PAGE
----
This article was originally published on Opto – Invest in the Next Big Idea.
The Global X Lithium ETF soared 127.8% in the past year to $61.89 at the close on 31 December. This was a stellar comeback after the fund’s share price hit a low of $18.67 on 19 March 2020.
The Global X Lithium ETF had been battered by slumping demand for lithium in a key markets, China, as the coronavirus pandemic emerged. As a result, many lithium miners were forced to stop or scale back production.
At the start of 2021, the Global X Lithium ETF initially jumped 20% to $74.31 on 16 February. The Global X Lithium ETF then dropped to $55.15 on 24 March as investors moved away from growth stocks, such as EV maker Tesla [TSLA], as they were rattled by the prospect of higher inflation.
The Global X Lithium ETF has since recovered to hit $68.27 at the close on 18 June, marking a year-to-date climb of 10.3%.
Surging battery demand
The Global X Lithium ETF, launched on 22 July 2010, invests in the “full lithium cycle, from mining and refining the metal, through battery production”.
The fund aims to take advantage of the “high growth potential” of lithium battery technology, which it says is “essential to the rise of EVs, renewable energy storage and mobile devices”.
The Global X Lithium ETF has been boosted by governments looking to clean energy as a way of building back from the ravages of the pandemic as well as meeting global climate change goals, such as the Paris Agreement.
The European Commission’s European Green Deal aims to make the continent climate neutral by 2050 and includes a target to make all vehicles sold beyond 2035 zero emissions. China also aims to be carbon neutral by 2060.
Meanwhile, the UK has stated that sales of new diesel and petrol cars will be banned from 2030. Investment in EVs and charging infrastructure is also a big part of US president Joe Biden’s $2.25trn infrastructure plan.
According to BloombergNEF, battery demand is expected to surge tenfold by 2030. Market Research Future forecasts the lithium battery market’s CAGR to be 15.9% between 2020 and 2026.
The optimistic outlook has helped lithium prices jump 59% since April last year (through 7 May), according to data from Benchmark Mineral Intelligence seen by Reuters.
The positive sentiment pushed the Global X Lithium ETF’s year-to-date total daily return, according to Yahoo Finance, to 9.97% on 21 June. As of 17 June, the fund had net assets of $3.41bn.
In comparison, the VanEck Vectors Rare Earth/Strategic Metals ETF [REMX] had a year-to-date total daily return of 20.64%. As of 18 June, it had net assets of $705.2m.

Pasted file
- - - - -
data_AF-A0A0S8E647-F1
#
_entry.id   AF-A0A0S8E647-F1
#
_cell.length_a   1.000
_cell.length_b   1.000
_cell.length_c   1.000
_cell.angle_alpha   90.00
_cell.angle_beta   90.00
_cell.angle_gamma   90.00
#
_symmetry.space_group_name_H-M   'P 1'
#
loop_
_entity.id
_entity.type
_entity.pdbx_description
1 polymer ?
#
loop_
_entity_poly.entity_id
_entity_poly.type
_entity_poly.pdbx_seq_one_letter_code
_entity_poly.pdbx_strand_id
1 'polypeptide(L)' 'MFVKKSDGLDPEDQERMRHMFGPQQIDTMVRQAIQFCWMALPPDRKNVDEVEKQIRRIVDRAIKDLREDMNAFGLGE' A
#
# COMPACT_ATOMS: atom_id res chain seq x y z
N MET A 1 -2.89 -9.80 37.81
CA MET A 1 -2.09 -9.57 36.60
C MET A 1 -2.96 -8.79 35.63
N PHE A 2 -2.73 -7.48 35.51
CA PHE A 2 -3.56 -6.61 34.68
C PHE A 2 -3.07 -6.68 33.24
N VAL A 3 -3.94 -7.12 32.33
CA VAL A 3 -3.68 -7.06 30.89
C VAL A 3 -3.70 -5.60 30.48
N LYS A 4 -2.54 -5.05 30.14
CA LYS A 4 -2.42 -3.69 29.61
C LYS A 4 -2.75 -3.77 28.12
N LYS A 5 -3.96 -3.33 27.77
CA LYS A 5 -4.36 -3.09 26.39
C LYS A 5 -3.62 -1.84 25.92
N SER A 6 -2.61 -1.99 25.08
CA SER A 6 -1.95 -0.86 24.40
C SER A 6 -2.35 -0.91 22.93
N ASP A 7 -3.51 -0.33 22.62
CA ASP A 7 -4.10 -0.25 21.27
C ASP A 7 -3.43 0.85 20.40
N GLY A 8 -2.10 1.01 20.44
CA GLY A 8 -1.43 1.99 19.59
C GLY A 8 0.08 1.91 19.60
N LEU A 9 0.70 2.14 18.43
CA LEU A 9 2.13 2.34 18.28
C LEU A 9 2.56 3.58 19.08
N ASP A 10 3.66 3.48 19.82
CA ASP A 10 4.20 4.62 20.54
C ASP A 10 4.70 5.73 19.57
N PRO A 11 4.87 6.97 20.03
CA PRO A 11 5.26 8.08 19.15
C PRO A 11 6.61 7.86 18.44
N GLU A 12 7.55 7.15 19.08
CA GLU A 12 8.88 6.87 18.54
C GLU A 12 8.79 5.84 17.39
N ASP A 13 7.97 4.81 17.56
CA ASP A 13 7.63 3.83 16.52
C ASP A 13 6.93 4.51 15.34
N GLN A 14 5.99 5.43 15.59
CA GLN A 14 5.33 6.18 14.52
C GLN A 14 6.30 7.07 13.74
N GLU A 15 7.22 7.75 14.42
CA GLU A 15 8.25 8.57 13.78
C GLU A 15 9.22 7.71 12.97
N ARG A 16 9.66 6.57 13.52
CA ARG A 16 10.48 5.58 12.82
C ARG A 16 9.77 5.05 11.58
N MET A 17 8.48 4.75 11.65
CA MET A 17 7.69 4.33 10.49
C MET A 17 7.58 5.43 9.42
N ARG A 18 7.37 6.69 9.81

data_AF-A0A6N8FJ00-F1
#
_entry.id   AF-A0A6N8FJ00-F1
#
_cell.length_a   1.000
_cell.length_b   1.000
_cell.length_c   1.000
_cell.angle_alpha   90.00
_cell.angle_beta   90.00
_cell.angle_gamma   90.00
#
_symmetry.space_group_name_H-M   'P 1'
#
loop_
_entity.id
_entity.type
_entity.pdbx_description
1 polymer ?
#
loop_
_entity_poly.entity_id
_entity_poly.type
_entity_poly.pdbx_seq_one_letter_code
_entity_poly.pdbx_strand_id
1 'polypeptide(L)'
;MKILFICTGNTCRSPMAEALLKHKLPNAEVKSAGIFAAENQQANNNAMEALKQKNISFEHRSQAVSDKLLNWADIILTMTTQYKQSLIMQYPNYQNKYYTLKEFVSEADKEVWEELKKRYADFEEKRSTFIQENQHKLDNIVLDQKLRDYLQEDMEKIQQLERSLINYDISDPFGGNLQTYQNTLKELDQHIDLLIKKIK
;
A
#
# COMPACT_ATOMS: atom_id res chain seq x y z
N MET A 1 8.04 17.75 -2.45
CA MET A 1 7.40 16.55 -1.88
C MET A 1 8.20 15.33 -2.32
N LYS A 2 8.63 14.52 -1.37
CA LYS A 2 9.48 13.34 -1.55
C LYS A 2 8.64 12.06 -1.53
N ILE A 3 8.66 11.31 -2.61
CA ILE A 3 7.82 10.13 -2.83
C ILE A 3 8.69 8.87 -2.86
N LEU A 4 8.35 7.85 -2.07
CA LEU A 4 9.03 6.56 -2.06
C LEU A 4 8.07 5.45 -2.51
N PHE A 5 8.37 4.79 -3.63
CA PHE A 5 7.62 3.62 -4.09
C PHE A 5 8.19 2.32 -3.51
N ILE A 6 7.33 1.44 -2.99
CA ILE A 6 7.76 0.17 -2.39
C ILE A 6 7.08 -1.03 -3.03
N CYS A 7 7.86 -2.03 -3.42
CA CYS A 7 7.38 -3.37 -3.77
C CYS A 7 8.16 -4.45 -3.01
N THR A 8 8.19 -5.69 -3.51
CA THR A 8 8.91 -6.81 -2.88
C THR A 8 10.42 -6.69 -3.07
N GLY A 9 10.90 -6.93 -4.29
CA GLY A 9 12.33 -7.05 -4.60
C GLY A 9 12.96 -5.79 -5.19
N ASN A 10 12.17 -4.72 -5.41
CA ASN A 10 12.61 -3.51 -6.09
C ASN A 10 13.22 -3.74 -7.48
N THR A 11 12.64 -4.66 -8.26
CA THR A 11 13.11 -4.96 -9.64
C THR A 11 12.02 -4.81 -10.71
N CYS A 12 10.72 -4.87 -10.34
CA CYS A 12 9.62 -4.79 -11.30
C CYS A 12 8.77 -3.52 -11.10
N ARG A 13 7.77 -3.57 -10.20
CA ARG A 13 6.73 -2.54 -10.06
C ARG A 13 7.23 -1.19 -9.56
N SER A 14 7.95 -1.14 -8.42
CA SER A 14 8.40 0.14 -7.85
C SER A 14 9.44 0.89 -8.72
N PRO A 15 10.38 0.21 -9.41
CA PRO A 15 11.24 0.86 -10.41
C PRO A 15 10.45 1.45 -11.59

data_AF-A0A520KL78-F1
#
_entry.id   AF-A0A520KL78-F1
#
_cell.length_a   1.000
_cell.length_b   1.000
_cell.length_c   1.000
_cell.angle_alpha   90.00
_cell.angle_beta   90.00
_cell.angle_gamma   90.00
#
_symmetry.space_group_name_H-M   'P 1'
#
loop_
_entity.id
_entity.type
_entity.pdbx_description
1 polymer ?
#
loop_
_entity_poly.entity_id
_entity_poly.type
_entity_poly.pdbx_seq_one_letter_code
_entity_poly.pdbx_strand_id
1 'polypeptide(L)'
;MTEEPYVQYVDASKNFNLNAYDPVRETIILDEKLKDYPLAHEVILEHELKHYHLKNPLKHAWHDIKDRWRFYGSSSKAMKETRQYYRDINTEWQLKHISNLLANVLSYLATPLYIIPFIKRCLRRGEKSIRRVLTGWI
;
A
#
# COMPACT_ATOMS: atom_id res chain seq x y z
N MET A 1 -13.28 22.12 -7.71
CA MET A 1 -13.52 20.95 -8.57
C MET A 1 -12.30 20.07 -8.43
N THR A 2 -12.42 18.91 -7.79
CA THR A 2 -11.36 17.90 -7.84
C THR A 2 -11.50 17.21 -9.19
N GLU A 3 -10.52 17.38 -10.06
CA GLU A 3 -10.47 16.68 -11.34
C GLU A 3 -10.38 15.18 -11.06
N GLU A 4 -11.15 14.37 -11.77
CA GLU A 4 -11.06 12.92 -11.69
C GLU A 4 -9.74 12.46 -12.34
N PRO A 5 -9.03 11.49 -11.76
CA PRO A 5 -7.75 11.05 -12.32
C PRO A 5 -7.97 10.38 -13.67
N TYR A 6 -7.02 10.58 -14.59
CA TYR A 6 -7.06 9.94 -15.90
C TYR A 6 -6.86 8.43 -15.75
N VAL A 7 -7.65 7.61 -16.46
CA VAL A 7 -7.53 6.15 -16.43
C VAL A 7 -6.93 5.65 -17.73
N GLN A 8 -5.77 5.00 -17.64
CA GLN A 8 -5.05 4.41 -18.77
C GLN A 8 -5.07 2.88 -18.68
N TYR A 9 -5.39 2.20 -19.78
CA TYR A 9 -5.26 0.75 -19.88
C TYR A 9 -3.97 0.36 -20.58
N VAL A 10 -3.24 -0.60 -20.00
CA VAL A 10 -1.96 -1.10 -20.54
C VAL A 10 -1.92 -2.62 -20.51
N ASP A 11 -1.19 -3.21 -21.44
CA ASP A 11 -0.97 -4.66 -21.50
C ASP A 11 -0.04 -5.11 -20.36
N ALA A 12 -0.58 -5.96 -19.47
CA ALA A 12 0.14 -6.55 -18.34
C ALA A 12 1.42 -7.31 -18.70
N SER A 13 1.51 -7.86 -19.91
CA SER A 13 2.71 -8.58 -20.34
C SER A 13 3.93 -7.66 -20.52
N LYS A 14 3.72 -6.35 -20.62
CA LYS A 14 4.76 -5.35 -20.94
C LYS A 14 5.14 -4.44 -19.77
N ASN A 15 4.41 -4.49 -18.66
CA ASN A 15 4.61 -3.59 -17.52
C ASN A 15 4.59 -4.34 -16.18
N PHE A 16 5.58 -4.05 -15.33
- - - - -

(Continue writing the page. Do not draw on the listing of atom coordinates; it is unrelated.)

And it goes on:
EV stocks drive growth
The Global X Lithium ETF had 40 holdings as of 17 June, with Albemarle [ALB] having the biggest weighting at 11.91%. Other holdings include Livent [LTHM], weighted at 1.78% and Pilbara Minerals [PLS.AUX] at 1.18%, as well as EV makers BYD [1211.HK] and Tesla, weighted at 5.55% and 3.53% respectively.
Shares in Albemarle have grown 102.7% in the past year (through 18 June). It reported a 17.8% hike in first-quarter net sales ended 31 March in its lithium business to $279m. It aims to double its production to 175,000 metric tonnes.
Livent is also planning to more than double its annual lithium production to 115,000 tonnes, according to Reuters. The stock has climbed 122.4% in the year to 18 June.
Meanwhile, Pilbara Minerals reported record production of 77,820 dry metric tonnes of spodumene concentrate — a rock which is a source of lithium — for the quarter ended March, buoyed by Chinese demand. Indeed, BYD reported a 190% year-over-year hike in sales of EVs and plug-in hybrids to 32,800 in May. BYD’s share price has soared 301% in the past year to 18 June.
However, there are challenges ahead for the sector. These include a heavy reliance on Chinese demand and the geopolitical concerns surrounding that. There is also uncertainty as to whether miners can provide the needed supply to meet the expected rising demand in coming.
This has not been lost on those in the industry. Paul Graves, CEO of Livent, recently told Reuters that “it will be a challenge for the lithium industry to produce sufficient qualified material in the near and medium-term”.
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